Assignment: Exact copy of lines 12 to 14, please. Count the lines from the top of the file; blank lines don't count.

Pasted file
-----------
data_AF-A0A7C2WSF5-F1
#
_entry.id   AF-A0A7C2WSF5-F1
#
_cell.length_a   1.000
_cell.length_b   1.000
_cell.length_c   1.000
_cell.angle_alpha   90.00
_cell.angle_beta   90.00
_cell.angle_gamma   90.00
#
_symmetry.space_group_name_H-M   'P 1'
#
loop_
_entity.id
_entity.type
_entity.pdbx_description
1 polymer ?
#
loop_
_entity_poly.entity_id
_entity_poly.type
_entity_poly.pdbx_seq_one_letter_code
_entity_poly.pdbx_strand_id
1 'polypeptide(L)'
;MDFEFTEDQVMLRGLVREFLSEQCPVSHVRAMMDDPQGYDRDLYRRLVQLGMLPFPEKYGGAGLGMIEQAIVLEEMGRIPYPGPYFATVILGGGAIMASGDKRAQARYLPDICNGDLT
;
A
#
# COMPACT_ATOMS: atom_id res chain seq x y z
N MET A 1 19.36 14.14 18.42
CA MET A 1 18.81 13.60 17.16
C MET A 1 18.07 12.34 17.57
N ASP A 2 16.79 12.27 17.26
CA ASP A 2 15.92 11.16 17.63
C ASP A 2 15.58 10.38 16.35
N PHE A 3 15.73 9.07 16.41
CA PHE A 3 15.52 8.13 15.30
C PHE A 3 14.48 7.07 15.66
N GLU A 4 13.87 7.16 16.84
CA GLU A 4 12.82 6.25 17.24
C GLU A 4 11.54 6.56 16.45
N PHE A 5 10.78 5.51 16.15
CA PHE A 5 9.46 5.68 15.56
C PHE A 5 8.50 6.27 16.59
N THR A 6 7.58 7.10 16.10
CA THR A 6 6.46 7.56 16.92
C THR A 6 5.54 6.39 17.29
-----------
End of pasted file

_symmetry.space_group_name_H-M   'P 1'
#
loop_